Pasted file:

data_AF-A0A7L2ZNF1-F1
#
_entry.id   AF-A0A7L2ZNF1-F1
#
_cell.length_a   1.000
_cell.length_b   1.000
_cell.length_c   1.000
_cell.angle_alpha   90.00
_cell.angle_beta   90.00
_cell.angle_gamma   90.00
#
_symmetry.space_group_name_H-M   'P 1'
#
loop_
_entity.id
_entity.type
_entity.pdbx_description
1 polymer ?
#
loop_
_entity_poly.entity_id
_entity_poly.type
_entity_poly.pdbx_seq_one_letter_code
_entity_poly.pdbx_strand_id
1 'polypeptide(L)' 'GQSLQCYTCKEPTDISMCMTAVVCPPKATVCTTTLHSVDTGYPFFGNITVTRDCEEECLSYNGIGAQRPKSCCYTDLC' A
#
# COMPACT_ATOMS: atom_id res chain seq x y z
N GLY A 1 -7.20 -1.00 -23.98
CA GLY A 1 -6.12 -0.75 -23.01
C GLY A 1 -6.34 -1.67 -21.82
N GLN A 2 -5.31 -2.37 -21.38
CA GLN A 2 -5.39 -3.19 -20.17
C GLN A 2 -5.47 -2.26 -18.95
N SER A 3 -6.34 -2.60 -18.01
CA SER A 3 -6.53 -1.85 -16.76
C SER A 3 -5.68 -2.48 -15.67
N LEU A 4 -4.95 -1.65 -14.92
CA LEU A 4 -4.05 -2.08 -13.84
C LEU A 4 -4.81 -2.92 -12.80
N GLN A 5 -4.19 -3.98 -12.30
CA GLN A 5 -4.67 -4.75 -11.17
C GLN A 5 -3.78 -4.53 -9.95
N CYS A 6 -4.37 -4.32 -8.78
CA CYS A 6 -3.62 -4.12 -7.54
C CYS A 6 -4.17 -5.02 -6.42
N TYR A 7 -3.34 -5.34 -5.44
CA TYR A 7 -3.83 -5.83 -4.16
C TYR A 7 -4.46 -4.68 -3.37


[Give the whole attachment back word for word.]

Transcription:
data_AF-A0A7L2ZNF1-F1
#
_entry.id   AF-A0A7L2ZNF1-F1
#
_cell.length_a   1.000
_cell.length_b   1.000
_cell.length_c   1.000
_cell.angle_alpha   90.00
_cell.angle_beta   90.00
_cell.angle_gamma   90.00
#
_symmetry.space_group_name_H-M   'P 1'
#
loop_
_entity.id
_entity.type
_entity.pdbx_description
1 polymer ?
#
loop_
_entity_poly.entity_id
_entity_poly.type
_entity_poly.pdbx_seq_one_letter_code
_entity_poly.pdbx_strand_id
1 'polypeptide(L)' 'GQSLQCYTCKEPTDISMCMTAVVCPPKATVCTTTLHSVDTGYPFFGNITVTRDCEEECLSYNGIGAQRPKSCCYTDLC' A
#
# COMPACT_ATOMS: atom_id res chain seq x y z
N GLY A 1 -7.20 -1.00 -23.98
CA GLY A 1 -6.12 -0.75 -23.01
C GLY A 1 -6.34 -1.67 -21.82
N GLN A 2 -5.31 -2.37 -21.38
CA GLN A 2 -5.39 -3.19 -20.17
C GLN A 2 -5.47 -2.26 -18.95
N SER A 3 -6.34 -2.60 -18.01
CA SER A 3 -6.53 -1.85 -16.76
C SER A 3 -5.68 -2.48 -15.67
N LEU A 4 -4.95 -1.65 -14.92
CA LEU A 4 -4.05 -2.08 -13.84
C LEU A 4 -4.81 -2.92 -12.80
N GLN A 5 -4.19 -3.98 -12.30
CA GLN A 5 -4.67 -4.75 -11.17
C GLN A 5 -3.78 -4.53 -9.95
N CYS A 6 -4.37 -4.32 -8.78
CA CYS A 6 -3.62 -4.12 -7.54
C CYS A 6 -4.17 -5.02 -6.42
N TYR A 7 -3.34 -5.34 -5.44
CA TYR A 7 -3.83 -5.83 -4.16
C TYR A 7 -4.46 -4.68 -3.37